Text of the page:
The construction of New OUH attracts Swedish company

Odense HealthUncategorized

uge 19 - cambio healthcare systems

The Swedish company Cambio Healthcare Systems have chosen to open a division in Odense. On the 1. Of May the office opened with 4 employees in Videnbyen – Odense’s new house for talent, innovation and entrepreneurship, located right next to University of Southern Denmark and close to the new OUH. Read More

Denmark tops global health systems transparency index

Odense HealthUncategorized

Photograph of the Danish Flag called Dannebrog.

Denmark has the most transparent health system in the world, providing accessible, reliable, useful and up-to-date information to stakeholders. Denmark tops the global health systems transparency index 2017 by KPMG, achieving top ratings on transparency of ‘governance’, ‘personal healthcare data’ and ‘finance’.

Transparency of information can be a powerful tool to reduce the cost and improve the quality of healthcare.

The healthcare industry is impacted by factors such as aging populations, budget pressures, increased costs of treatments and rising demands from patients. The availability of timely, accurate and relevant data to provide and evaluate the effectiveness of care provided to patients is essential to ensure consistent, efficiency, effectiveness, and quality of care. This is why we are particularly happy to be presented with such a rating.

In Odense, we are proud to be a part of the whole expansion within the health tech area. We believe, that by investing in innovative solutions and supporting both new and established companies, we can show the way towards a better future – for all. By achieving this kind of recognition, we hope to attract even more companies to Denmark in general and Odense in particular; because in Odense, we have the market know-how, the talent pool, the research facilities and the risk-taking investors you need to further your Company.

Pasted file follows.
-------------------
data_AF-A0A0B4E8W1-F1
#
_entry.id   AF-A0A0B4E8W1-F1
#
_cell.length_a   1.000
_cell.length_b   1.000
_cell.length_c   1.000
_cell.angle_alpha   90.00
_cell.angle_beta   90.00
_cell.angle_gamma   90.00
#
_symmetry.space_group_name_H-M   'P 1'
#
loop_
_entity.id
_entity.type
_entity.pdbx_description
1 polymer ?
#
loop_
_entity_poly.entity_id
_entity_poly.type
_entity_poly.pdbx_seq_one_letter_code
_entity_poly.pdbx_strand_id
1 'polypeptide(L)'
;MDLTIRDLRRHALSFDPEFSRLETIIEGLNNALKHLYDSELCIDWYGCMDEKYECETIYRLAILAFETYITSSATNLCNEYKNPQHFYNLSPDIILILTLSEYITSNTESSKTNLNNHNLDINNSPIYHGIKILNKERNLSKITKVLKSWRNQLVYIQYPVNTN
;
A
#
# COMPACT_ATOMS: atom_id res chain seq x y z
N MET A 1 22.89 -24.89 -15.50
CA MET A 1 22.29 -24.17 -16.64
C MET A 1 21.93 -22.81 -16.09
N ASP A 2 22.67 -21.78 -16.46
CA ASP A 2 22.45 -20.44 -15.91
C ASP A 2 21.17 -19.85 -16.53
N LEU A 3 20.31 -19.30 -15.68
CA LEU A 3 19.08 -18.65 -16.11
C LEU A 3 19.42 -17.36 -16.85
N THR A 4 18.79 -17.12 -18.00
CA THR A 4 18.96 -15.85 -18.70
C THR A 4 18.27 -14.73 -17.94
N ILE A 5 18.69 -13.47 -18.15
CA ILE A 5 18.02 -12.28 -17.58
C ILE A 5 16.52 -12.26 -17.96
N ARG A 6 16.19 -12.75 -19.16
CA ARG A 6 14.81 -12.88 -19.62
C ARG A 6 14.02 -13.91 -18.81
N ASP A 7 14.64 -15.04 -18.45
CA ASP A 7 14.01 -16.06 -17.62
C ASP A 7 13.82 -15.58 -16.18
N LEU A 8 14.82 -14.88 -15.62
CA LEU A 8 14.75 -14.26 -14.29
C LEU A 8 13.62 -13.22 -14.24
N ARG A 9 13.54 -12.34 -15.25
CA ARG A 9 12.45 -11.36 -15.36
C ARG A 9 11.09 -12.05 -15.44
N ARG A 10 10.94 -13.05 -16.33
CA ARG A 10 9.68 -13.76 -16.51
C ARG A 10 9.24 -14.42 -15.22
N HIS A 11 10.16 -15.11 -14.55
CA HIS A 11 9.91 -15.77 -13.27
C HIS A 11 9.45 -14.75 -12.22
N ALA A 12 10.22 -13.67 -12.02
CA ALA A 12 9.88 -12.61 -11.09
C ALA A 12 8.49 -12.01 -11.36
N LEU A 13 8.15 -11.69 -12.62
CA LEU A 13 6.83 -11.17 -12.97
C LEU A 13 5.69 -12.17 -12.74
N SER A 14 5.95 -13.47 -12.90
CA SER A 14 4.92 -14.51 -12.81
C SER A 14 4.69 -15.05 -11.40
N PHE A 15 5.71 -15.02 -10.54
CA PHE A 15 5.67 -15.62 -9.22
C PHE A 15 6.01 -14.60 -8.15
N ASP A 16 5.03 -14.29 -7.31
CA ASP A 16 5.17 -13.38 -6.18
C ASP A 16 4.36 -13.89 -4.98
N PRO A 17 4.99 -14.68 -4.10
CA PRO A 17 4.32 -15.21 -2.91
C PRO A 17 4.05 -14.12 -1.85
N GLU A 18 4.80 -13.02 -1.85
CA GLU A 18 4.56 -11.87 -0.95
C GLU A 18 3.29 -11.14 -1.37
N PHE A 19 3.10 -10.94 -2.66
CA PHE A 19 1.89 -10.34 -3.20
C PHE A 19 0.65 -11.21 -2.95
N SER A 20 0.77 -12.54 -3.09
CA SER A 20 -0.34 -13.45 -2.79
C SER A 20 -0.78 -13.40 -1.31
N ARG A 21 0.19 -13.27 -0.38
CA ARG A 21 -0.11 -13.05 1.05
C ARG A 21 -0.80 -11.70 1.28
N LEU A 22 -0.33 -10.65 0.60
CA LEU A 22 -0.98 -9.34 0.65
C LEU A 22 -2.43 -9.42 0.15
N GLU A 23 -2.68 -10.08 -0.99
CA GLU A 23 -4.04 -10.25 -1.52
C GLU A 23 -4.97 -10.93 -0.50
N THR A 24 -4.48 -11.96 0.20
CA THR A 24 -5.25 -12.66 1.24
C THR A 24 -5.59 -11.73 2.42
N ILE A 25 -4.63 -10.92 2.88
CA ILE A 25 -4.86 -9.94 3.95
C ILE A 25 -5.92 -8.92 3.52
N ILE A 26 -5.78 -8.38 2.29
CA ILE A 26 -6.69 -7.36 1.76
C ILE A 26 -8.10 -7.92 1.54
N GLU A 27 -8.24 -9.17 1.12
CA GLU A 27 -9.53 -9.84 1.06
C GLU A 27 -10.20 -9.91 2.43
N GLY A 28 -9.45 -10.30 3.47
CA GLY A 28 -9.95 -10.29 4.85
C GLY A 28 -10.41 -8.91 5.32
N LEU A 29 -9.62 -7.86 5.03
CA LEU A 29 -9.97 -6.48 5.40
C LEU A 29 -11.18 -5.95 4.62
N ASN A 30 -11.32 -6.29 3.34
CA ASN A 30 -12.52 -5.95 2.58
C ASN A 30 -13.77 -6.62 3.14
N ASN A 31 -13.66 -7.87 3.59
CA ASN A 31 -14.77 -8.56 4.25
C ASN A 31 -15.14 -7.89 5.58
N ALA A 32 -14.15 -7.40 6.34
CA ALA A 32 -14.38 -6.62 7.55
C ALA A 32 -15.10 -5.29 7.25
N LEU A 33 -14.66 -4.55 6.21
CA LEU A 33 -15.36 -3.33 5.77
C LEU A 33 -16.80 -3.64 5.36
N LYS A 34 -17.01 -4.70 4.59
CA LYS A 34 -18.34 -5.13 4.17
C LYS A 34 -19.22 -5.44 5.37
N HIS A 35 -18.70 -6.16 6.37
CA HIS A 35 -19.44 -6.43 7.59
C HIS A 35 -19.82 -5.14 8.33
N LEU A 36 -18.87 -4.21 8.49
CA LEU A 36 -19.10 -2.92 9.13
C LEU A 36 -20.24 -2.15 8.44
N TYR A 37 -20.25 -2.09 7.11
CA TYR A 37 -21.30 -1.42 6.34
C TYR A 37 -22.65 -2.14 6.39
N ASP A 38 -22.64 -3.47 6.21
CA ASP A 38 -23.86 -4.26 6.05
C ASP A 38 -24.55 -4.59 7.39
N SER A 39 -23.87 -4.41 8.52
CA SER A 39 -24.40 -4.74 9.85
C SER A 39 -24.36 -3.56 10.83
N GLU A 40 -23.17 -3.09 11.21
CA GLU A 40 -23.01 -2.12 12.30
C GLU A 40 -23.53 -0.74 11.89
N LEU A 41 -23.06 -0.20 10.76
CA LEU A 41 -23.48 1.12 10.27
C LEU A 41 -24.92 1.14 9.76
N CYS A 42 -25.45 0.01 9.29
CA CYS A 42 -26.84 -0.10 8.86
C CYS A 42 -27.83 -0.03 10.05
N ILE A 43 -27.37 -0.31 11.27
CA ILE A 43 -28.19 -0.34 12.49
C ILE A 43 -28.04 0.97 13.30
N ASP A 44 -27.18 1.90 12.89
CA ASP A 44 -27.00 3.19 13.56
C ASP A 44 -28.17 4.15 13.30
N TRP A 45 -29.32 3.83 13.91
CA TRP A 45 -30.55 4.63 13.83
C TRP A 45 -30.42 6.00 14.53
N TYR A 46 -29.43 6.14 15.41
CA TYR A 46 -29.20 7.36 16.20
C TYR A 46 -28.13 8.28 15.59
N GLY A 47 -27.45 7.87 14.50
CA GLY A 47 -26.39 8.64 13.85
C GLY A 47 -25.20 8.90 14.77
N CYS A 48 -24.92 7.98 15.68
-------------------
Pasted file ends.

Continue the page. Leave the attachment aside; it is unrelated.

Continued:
Read the full article from Copenhagen capacity here.

The time of disappearing tissue samples is over

Odense HealthUncategorized

Tube for testing human blood. Depth of field with focus on the Blood Test label.

Scientists at SDU are developing a robot freezer, which will secure that patients’ genes and blood-, tissue-, or cell samples do not go missing at the bottom of a chest freezer or end up in the wrong hands.

Blood tests that go missing or must be retaken because it was stored below the right temperature; problems with finding the test in the freezer; a freezer that constantly ices up – the problems at hospital labs are many, but a new robot system will now solve those problems.

“The need for an intelligent system that can keep track of the growing number of samples is definitely necessary. Custom-made medicine for the individual patient is becoming more and more widely used. That means that there is an increasing need to know the individual patient’s genes and be able to find them when needed”, senior lecturer in Software Engineering at SDU, Ulrik Pagh Schultz, says.

Ulrik is working on the project The Freezer Unit of the Future with his colleague, senior lecturer Marco Kuhrmann, for which they have received 16 million kr. from Innovation Fund Denmark.

Personal medicine that is based on the unique gene profile of every patient will be the standard in the future. This means that everyone, in the long term, will have biological material lying at hospital, which can be analyzed by doctors in case of sickness. The new system heightens patient safety because a chip is inserted into the sample, where data such as which employees the sample can the handed over to. At the same time, the freezer’s computer system logs all data regarding the samples in a consistent manner and the freezer is operated by using a display, which tells the freezer which sample to retrieve.

 

Photo: Colourbox

Will 3D cameras help treat diabetic ulcers?

Odense HealthUncategorized

diabetes complications

Every year, around 3000 Danes get ulcers related to diabetes. The ulcers are very hard to treat and they will in some cases lead to amputation – costly procedures both emotionally for the patient and economically for society. Because ulcers are often deep and complex, the adjoining nerves and vessels are at a higher risk of infection, which can lead to secondary complications and in extreme cases, death. Technologies that can better describe diabetic ulcers is therefore much needed.

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